Japan's Yomiuri Shimbun notes that "[a]lthough the details of the agreed verification scheme between the [U.S.] and North Korea have not been revealed, Washington explained, 'Every element of verification that we sought is included in this package.' But it is difficult to quell doubts about whether an effective nuclear verification regime can be realized, considering the repeated concessions made by the [U.S.] in its negotiations with North Korea, as well as by Pyongyang's behavior to date."

Japan remains deeply concerned about numerous Japanese nationals whom the communist regime abducted in the 1970s and 1980s. They were used to familiarize North Korean spies with Japan's language and customs. Japanese Prime Minister Taro Aso said in response to the new Bush-Cheney-Rice policy toward North Korea that it won't stop his government's efforts to resolve the abductees controversy that has long affected relations between Japan and its regional neighbor. Japanese Chief Cabinet Secretary Takeo Kawamura, the government minister charged with overseeing the abduction issue, said: "Japan has no reluctance to cooperate in the denuclearization of the Korean Peninsula. At the same time, we have a strong feeling that the abduction issue should not be left out. We will take up the issue without fail in the six-party talks." (Japan Times)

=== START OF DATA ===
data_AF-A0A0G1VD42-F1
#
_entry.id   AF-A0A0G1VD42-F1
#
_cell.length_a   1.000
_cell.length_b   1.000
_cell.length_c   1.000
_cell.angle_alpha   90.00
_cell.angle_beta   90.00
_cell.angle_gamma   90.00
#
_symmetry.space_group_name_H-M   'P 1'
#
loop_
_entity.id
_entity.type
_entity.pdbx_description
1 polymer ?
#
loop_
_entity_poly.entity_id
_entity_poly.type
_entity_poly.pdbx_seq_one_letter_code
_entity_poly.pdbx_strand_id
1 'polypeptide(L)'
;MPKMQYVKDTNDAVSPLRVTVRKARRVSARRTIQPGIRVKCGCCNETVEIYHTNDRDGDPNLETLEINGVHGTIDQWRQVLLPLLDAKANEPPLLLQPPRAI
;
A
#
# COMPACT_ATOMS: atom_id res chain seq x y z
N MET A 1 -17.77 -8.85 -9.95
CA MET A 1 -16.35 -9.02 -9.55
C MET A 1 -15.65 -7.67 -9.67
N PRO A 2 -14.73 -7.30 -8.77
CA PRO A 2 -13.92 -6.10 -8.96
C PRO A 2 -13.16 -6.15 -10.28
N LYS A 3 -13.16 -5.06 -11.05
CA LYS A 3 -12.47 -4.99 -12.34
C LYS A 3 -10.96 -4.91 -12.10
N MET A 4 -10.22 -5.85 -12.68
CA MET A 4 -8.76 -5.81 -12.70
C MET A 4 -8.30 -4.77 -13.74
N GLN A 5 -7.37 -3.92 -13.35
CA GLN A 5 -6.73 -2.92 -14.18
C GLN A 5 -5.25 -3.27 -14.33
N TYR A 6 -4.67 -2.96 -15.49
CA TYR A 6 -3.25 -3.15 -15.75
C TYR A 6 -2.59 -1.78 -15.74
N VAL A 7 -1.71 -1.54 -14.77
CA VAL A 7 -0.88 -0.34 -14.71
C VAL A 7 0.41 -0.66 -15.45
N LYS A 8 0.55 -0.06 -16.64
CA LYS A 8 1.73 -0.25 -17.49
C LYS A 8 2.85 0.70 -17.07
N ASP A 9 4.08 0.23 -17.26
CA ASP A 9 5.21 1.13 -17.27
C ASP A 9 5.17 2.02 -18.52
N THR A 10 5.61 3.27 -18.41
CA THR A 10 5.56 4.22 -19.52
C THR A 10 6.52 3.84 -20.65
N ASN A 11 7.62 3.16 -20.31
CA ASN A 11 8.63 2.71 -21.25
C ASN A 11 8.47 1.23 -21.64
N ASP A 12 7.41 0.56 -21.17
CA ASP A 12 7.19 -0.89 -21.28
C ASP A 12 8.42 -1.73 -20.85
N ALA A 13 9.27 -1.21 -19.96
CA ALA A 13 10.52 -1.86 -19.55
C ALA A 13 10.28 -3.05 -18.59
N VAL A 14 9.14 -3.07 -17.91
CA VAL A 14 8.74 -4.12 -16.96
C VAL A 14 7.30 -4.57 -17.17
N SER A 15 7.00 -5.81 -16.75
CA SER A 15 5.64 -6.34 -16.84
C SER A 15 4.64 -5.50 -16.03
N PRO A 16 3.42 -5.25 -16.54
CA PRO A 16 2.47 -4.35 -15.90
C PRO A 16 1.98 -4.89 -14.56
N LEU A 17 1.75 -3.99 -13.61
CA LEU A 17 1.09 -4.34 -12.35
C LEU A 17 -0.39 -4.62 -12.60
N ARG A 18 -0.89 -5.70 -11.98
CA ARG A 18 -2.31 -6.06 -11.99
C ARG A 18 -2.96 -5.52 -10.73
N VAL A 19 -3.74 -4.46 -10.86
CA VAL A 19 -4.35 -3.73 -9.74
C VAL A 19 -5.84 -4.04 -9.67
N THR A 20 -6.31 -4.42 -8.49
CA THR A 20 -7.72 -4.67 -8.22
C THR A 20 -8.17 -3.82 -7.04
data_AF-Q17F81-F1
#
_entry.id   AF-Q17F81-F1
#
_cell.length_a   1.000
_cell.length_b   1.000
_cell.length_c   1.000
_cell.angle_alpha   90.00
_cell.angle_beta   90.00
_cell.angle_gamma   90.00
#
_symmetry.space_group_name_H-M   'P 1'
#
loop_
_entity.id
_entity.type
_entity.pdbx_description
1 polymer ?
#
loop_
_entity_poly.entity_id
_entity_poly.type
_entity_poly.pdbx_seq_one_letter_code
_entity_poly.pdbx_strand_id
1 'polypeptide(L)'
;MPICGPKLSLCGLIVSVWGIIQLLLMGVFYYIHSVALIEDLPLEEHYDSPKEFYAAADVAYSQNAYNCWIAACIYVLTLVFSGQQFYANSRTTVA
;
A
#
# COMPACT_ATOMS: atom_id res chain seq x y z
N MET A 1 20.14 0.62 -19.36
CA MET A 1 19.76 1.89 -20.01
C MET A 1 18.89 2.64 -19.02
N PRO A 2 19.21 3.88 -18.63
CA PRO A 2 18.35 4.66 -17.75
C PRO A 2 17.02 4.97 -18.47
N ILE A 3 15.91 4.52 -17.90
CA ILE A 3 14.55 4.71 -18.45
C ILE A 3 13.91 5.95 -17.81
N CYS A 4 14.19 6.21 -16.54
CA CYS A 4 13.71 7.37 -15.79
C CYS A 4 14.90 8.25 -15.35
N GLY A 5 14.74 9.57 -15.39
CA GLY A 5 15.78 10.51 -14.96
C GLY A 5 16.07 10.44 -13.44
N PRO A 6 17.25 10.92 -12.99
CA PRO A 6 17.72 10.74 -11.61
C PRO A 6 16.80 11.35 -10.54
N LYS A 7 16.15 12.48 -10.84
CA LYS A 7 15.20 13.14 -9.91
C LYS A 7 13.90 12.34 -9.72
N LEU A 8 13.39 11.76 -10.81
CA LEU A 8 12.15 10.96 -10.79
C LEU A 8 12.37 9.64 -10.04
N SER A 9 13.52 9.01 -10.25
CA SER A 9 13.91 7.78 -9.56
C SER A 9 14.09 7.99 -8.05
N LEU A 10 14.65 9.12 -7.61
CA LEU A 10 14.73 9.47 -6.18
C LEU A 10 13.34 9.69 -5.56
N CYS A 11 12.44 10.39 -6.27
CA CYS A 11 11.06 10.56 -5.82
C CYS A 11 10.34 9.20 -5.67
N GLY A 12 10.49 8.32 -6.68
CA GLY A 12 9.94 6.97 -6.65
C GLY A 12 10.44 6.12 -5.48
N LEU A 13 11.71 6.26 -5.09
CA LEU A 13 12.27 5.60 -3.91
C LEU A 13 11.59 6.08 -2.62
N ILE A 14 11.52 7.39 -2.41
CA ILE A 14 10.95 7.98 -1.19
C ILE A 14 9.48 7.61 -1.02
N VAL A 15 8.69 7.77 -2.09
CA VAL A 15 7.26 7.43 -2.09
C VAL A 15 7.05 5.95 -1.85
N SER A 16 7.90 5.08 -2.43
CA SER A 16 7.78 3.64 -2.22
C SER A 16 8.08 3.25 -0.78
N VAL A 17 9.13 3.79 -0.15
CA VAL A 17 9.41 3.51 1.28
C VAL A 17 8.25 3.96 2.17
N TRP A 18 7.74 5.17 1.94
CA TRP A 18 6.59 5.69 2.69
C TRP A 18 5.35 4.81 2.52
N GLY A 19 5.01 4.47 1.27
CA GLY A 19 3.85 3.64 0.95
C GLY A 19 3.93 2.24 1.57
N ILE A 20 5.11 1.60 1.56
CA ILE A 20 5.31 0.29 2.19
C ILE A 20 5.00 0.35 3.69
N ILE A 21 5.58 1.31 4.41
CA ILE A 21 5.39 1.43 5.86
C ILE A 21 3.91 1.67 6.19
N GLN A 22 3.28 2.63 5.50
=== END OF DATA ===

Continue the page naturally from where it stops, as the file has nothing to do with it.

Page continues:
Even the Republican presidential candidate, John McCain, said of the Bush-Cheney-Rice about-face on North Korea that the U.S. should "avoid reaching for agreement for its own sake." McCain, who normally comes across as a Bush clone, stated: "I expect the administration to explain exactly how this new verification agreement advances American interests and those of our allies before I will be able to support any decision to remove North Korea from the list of state sponsors of terrorism." (FT)

The Wall Street Journal Asia noted: "A few hours before Washington announced it was taking North Korea off the terror list, the Pyongyang media released the first photographs of Kim Jong-il since he had been rumored to have fallen ill two months ago." Of the dictator's appearance in those photos, the newspaper pointed out: "He was smiling."